The New South Wales government has announced funding a new initiative aimed at getting university students engaged with quantum computing.
The AU$15.4 million Sydney Quantum Academy (SQA) initiative will see the University of Sydney (USyd), University of New South Wales (UNSW), Macquarie University, and University of Technology Sydney (UTS) encourage students to work with each other and train across the four universities.
It is expected the funding will also be used to link students to industry through internships and research; support the development of quantum technology startup businesses; and promote Sydney as a quantum computing hub.
The NSW government funding, combined with current university and future industry support, sees the total investment in the SQA pinned at around AU$35 million.
"Our new investment will secure a pipeline of highly skilled quantum engineers, software experts and technicians to build and program these incredible machines as the technology becomes reality," Deputy Premier John Barilaro said.
"We want the SQA to secure investments from key players in the global technology industry and attract the best scientists from around the world to NSW."
Barilaro believes that for every quantum computing role created, around five indirect jobs will be generated.
"This is an exciting collaboration between some of our top universities in NSW, which already have unique strengths when it comes to quantum science and engineering," NSW Minister for Innovation Matt Kean added.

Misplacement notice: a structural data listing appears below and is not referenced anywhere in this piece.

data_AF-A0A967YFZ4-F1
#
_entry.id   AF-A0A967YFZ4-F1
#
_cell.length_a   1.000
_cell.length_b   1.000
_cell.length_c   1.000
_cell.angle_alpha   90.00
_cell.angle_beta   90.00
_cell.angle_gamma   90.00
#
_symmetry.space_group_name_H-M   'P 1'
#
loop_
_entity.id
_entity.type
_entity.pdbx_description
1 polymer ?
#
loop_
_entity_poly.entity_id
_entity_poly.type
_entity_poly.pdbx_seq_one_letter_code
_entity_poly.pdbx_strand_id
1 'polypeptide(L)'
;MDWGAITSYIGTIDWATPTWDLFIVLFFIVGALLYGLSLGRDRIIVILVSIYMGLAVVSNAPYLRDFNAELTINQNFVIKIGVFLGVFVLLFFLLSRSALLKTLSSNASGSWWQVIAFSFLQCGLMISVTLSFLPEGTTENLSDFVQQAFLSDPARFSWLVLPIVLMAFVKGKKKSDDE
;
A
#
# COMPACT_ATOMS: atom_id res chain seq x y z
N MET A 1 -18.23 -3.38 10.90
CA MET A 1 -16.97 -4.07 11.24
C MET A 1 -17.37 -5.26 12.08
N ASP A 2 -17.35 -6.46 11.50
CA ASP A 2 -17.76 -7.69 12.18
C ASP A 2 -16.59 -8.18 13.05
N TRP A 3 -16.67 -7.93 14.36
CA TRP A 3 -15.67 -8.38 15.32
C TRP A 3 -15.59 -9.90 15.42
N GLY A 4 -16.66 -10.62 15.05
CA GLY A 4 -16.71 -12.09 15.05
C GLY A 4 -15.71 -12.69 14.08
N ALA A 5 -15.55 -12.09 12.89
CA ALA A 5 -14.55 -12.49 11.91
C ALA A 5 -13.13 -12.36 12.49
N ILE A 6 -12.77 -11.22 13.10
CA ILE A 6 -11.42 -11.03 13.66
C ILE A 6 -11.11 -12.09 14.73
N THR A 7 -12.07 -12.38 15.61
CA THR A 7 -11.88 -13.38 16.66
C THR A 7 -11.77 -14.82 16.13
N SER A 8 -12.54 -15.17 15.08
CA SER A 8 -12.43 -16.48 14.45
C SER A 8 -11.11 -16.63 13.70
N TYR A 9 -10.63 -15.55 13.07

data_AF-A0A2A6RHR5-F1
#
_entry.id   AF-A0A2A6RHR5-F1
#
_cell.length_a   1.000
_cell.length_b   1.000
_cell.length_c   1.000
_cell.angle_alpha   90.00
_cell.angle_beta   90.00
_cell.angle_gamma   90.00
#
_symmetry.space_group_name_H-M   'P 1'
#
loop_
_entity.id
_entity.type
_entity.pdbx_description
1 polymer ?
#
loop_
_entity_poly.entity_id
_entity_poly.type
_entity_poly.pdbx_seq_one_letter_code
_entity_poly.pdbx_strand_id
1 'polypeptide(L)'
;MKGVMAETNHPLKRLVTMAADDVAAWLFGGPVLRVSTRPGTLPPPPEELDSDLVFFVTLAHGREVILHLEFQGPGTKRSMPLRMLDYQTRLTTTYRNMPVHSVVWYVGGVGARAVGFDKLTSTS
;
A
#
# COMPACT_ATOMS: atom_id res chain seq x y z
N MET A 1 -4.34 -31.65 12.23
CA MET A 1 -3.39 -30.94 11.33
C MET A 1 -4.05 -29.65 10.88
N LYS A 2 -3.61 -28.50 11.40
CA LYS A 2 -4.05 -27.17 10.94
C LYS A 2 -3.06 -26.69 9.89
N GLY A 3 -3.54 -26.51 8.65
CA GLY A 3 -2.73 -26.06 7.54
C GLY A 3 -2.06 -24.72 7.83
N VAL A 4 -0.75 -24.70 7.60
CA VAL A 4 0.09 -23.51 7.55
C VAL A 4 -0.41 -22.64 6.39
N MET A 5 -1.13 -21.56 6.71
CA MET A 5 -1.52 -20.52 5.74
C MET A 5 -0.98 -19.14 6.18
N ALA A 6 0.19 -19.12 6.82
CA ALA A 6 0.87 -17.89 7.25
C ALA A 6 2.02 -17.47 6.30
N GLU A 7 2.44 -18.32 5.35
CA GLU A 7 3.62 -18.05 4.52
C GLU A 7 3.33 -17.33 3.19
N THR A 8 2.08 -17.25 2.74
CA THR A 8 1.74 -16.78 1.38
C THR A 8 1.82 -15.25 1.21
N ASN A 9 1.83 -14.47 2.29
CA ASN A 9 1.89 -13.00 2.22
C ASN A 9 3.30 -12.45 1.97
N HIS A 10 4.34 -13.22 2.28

"Most of our international competitors excel in just one form of quantum science. But here in Sydney, our universities have strengths across a number of fields such as silicon quantum computing, topological quantum computing, trapped ions, quantum software, and nanodiamonds."
Physicists use code to reduce quantum error in logic gates
Also this week, scientists from USyd announced using specially designed code to detect and discard errors in the logic gates of quantum computers.
Quantum logic gates are formed by entangled networks of a small number of quantum bits (qubits). They are the switches that allow quantum computers to run algorithms that process information and perform calculations.
"This is really the first time that the promised benefit for quantum logic gates from theory has been realised in an actual quantum machine," Dr Robin Harper from the ARC Centre of Excellence for Engineered Quantum Systems said.
Harper, alongside Professor Steven Flammia from the School of Physics and University of Sydney Nano Institute, used IBM's quantum computer to test error detection codes.
The university said they demonstrated an order of magnitude improvement in reducing infidelity -- error rates -- in quantum logic gates.
Using code to detect and discard errors on IBM's quantum device, Harper and Flammia showed error rates dropping from 5.8 percent to 0.60 percent. So rather than one in 20 quantum gates failing, just one in 200 would fail.
"This is an important step forward to develop fault tolerance in quantum systems to allow them to scale up to meaningful devices," Harper added.
"These experiments are the first confirmation that the theoretical ability to detect errors in the operation of logical gates using quantum codes is advantageous in present-day devices, a significant step towards the goal of building large-scale quantum computers."
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